While the majority of state and local IT leaders in the US consider ransomware and associated cyber-risks to be an ongoing threat to their organisation, almost half of private and public sector entities are yet to put appropriate incident response plans in place.
The insights arrive out of a Palo Alto survey into security dangers being faced by IT officials at state, local and educational level in the US.
Significantly, the study found that overall concerns about ransomware attacks are high, and the threat is unlikely to decrease over the next 12 to 18 months. Respondents also reported that their organisations may not be prepared enough to protect against the increasing volume and sophistication of ransomware attacks.
While cybersecurity budgets have increased, a significant percentage of IT leaders are still not confident in their ability to effectively respond to and prevent ransomware threats, according to the survey results.
Having proper protections in place has never been more important as ransomware attacks are increasing in frequency and sophistication, and the average ransom demand continues to climb. Between 2019 and 2020, the average ransom paid by organisations in the US, Canada and Europe jumped from $115,123 to $312,493, (£88,372 to £239,880), reports say.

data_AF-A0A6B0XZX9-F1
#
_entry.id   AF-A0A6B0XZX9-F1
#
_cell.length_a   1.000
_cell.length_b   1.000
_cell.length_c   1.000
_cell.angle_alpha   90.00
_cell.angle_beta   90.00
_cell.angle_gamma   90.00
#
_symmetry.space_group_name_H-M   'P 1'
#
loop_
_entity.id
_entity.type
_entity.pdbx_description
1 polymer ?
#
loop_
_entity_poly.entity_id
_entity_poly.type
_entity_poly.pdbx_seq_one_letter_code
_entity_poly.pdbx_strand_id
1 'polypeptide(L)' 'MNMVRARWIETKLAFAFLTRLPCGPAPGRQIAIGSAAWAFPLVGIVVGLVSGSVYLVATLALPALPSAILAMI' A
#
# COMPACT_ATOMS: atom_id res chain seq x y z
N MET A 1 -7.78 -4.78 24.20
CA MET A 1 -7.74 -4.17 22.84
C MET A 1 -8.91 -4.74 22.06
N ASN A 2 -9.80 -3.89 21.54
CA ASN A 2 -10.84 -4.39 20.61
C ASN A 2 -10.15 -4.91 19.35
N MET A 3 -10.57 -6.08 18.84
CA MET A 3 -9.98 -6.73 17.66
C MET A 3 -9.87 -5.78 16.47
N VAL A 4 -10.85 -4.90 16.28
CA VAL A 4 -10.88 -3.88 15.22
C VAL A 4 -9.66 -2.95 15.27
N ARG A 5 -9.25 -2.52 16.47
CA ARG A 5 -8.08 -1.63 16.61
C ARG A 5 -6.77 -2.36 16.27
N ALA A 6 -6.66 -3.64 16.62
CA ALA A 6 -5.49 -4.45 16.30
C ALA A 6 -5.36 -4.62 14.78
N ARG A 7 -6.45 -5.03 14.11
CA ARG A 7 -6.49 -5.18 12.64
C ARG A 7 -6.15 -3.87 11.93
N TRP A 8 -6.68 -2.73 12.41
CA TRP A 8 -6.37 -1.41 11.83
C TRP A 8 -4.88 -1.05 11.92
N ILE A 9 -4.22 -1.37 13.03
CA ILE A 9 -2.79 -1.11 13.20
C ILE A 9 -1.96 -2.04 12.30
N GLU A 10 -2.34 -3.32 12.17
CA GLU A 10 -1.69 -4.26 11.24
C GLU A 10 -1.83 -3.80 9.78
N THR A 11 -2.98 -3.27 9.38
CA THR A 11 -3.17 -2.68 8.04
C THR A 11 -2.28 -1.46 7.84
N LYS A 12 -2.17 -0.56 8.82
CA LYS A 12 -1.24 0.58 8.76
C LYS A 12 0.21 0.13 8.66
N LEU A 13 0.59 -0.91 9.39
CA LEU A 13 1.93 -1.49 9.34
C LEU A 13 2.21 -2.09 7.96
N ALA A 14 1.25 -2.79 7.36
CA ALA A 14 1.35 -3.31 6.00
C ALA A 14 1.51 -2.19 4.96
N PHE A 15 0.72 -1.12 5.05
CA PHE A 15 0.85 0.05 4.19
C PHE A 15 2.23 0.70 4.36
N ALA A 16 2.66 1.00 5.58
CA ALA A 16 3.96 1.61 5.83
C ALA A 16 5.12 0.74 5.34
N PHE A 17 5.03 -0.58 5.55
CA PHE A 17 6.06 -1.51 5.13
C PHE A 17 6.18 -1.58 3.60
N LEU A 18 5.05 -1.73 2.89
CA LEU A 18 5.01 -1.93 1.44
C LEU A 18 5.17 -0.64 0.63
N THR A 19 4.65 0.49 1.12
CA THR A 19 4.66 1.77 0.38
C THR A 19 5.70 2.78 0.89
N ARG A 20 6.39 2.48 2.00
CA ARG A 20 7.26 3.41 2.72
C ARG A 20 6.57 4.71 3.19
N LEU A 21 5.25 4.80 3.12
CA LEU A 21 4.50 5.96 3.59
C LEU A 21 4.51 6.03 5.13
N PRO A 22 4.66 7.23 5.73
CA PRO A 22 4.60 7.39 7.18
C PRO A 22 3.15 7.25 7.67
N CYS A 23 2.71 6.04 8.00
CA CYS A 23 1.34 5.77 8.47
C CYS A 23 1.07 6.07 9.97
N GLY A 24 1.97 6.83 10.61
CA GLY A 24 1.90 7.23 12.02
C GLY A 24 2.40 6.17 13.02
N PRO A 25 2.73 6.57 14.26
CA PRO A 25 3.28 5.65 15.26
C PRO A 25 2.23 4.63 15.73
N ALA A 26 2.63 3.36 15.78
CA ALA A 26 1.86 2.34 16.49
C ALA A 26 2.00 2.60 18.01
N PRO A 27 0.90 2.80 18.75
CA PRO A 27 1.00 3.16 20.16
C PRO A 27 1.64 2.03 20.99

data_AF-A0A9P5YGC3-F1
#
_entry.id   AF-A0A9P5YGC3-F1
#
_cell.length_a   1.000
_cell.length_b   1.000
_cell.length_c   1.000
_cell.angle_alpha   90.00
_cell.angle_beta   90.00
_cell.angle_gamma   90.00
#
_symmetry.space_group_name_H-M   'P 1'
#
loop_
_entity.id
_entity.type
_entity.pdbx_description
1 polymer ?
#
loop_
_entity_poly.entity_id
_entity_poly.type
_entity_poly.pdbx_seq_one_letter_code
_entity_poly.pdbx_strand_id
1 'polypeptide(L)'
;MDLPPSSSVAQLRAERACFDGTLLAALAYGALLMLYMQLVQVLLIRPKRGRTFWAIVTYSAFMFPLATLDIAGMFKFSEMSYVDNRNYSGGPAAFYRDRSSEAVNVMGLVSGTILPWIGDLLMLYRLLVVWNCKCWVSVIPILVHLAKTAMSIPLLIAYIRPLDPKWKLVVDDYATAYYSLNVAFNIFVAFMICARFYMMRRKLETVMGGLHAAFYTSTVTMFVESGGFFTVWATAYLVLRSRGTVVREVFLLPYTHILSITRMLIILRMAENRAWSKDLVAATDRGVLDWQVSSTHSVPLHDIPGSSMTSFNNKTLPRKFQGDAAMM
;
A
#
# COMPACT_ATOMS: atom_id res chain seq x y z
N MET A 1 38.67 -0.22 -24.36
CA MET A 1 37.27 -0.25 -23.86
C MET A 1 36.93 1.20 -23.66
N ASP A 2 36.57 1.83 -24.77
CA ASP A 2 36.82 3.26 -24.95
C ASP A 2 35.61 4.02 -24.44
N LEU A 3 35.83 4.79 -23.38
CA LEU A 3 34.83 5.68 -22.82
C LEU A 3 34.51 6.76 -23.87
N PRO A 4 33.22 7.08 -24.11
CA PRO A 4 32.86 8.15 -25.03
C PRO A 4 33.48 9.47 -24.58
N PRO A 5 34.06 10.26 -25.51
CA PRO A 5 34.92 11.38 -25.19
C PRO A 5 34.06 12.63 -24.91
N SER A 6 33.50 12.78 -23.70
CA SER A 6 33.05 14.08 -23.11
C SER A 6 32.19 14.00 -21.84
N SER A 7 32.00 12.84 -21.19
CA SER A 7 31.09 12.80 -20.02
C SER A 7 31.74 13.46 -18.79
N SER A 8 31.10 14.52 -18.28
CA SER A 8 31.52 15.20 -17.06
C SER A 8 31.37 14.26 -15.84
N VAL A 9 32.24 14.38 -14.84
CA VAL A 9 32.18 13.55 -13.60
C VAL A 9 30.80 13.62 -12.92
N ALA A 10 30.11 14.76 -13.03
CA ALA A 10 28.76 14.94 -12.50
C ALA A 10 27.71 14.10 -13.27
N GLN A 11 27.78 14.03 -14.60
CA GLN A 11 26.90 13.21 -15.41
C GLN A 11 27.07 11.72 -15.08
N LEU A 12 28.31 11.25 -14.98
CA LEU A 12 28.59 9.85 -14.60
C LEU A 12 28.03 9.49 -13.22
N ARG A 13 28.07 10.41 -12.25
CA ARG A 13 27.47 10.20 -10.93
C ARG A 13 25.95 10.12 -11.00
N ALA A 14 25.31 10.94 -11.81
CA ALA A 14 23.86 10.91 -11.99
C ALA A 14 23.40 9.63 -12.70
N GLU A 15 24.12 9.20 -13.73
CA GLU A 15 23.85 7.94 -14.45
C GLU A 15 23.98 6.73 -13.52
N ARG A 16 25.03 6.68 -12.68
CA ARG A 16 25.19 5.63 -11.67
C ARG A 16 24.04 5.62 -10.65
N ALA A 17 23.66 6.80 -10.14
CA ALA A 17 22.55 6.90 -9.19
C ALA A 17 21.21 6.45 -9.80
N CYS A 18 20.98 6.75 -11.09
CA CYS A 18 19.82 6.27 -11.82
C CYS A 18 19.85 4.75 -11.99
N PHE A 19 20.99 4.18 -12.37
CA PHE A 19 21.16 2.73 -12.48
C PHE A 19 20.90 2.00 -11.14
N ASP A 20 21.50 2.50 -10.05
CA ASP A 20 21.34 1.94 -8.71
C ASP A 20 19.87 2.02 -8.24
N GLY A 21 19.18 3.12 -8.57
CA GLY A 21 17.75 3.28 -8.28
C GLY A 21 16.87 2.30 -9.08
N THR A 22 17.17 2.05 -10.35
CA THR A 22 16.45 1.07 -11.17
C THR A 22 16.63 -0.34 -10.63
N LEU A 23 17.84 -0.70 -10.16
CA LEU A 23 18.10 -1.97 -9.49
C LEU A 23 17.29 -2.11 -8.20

Cyber extortionists are demanding ransom not only to unlock the data they encrypt but also to prevent that data from being publicly released on the dark web. Almost a third of those polled said they have not yet completed an incident response plan for ransomware, and just over one fifth (22%) said they did not know if they had made such preparations.
On the other hand, those that said they do have a plan in place expressed far greater confidence in their organisation’s ability to withstand a ransomware attack. Over 75% of the study’s respondents said they also felt confident in their organisation’s ability to prevent compromise via common attack vectors, such as phishing emails and endpoint breaches.
When asked what organisations could do to better protect against ransomware attacks, most respondents said they could provide employees with security for their home networks and hire more IT/security staff.
Matthew Schneider, vice president of State, Local & Education at Palo Alto Networks, reflected:
“With a wide attack surface area to protect and the critical need for continued operations, state and local government organisations are appealing targets of ransomware actors.
“Ransomware is a threat that isn’t going away, and being prepared for an inevitable cyberattack needs to be a top priority for public entities,” Schneider added.
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